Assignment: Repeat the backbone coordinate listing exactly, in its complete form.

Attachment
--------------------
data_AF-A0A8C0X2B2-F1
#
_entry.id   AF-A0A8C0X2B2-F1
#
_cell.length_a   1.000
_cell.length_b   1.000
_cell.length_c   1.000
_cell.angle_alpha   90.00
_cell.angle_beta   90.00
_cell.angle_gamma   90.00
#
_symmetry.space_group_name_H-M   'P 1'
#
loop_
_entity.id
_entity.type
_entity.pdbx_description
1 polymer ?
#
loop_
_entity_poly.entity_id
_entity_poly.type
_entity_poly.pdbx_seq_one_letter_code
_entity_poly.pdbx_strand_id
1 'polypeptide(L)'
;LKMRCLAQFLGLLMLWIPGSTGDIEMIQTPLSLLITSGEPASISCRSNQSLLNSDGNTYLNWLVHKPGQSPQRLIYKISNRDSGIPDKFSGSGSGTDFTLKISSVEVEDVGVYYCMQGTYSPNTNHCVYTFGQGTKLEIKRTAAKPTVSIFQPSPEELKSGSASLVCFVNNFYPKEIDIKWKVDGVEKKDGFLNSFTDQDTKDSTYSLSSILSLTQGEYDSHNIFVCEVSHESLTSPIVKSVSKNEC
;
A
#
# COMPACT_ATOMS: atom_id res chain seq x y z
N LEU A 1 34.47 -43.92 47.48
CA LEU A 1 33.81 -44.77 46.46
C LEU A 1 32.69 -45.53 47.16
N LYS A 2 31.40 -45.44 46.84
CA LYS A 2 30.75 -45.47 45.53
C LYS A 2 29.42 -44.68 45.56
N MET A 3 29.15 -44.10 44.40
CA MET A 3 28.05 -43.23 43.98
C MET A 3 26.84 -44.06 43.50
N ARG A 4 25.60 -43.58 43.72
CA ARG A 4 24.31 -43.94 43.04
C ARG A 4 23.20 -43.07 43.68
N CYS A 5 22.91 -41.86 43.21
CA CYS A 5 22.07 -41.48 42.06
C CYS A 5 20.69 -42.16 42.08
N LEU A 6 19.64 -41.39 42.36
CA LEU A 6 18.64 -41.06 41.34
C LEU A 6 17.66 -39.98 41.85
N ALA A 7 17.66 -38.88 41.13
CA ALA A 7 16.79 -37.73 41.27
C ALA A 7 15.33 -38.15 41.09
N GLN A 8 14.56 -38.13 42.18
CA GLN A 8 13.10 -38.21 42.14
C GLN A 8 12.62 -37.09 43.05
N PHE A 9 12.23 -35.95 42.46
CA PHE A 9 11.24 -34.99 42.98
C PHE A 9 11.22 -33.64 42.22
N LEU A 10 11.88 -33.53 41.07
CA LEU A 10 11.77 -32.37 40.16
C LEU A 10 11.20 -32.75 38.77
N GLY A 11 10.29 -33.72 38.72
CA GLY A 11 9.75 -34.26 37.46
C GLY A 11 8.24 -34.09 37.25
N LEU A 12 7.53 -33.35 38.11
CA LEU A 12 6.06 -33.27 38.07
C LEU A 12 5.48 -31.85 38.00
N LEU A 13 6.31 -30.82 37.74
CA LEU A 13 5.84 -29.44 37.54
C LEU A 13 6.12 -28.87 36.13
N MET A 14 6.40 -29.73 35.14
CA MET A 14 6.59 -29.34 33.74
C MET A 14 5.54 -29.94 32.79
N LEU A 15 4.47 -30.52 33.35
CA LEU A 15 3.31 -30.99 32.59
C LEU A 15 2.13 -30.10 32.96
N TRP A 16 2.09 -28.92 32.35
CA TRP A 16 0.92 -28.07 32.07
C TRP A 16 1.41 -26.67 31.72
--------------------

data_AF-A0A8C0X2B2-F1
#
_entry.id   AF-A0A8C0X2B2-F1
#
_cell.length_a   1.000
_cell.length_b   1.000
_cell.length_c   1.000
_cell.angle_alpha   90.00
_cell.angle_beta   90.00
_cell.angle_gamma   90.00
#
_symmetry.space_group_name_H-M   'P 1'
#
loop_
_entity.id
_entity.type
_entity.pdbx_description
1 polymer ?
#
loop_
_entity_poly.entity_id
_entity_poly.type
_entity_poly.pdbx_seq_one_letter_code
_entity_poly.pdbx_strand_id
1 'polypeptide(L)'
;LKMRCLAQFLGLLMLWIPGSTGDIEMIQTPLSLLITSGEPASISCRSNQSLLNSDGNTYLNWLVHKPGQSPQRLIYKISNRDSGIPDKFSGSGSGTDFTLKISSVEVEDVGVYYCMQGTYSPNTNHCVYTFGQGTKLEIKRTAAKPTVSIFQPSPEELKSGSASLVCFVNNFYPKEIDIKWKVDGVEKKDGFLNSFTDQDTKDSTYSLSSILSLTQGEYDSHNIFVCEVSHESLTSPIVKSVSKNEC
;
A
#
# COMPACT_ATOMS: atom_id res chain seq x y z
N LEU A 1 34.47 -43.92 47.48
CA LEU A 1 33.81 -44.77 46.46
C LEU A 1 32.69 -45.53 47.16
N LYS A 2 31.40 -45.44 46.84
CA LYS A 2 30.75 -45.47 45.53
C LYS A 2 29.42 -44.68 45.56
N MET A 3 29.15 -44.10 44.40
CA MET A 3 28.05 -43.23 43.98
C MET A 3 26.84 -44.06 43.50
N ARG A 4 25.60 -43.58 43.72
CA ARG A 4 24.31 -43.94 43.04
C ARG A 4 23.20 -43.07 43.68
N CYS A 5 22.91 -41.86 43.21
CA CYS A 5 22.07 -41.48 42.06
C CYS A 5 20.69 -42.16 42.08
N LEU A 6 19.64 -41.39 42.36
CA LEU A 6 18.64 -41.06 41.34
C LEU A 6 17.66 -39.98 41.85
N ALA A 7 17.66 -38.88 41.13
CA ALA A 7 16.79 -37.73 41.27
C ALA A 7 15.33 -38.15 41.09
N GLN A 8 14.56 -38.13 42.18
CA GLN A 8 13.10 -38.21 42.14
C GLN A 8 12.62 -37.09 43.05
N PHE A 9 12.23 -35.95 42.46
CA PHE A 9 11.24 -34.99 42.98
C PHE A 9 11.22 -33.64 42.22
N LEU A 10 11.88 -33.53 41.07
CA LEU A 10 11.77 -32.37 40.16
C LEU A 10 11.20 -32.75 38.77
N GLY A 11 10.29 -33.72 38.72
CA GLY A 11 9.75 -34.26 37.46
C GLY A 11 8.24 -34.09 37.25
N LEU A 12 7.53 -33.35 38.11
CA LEU A 12 6.06 -33.27 38.07
C LEU A 12 5.48 -31.85 38.00
N LEU A 13 6.31 -30.82 37.74
CA LEU A 13 5.84 -29.44 37.54
C LEU A 13 6.12 -28.87 36.13
N MET A 14 6.40 -29.73 35.14
CA MET A 14 6.59 -29.34 33.74
C MET A 14 5.54 -29.94 32.79
N LEU A 15 4.47 -30.52 33.35
CA LEU A 15 3.31 -30.99 32.59
C LEU A 15 2.13 -30.10 32.96
N TRP A 16 2.09 -28.92 32.35
CA TRP A 16 0.92 -28.07 32.07
C TRP A 16 1.41 -26.67 31.72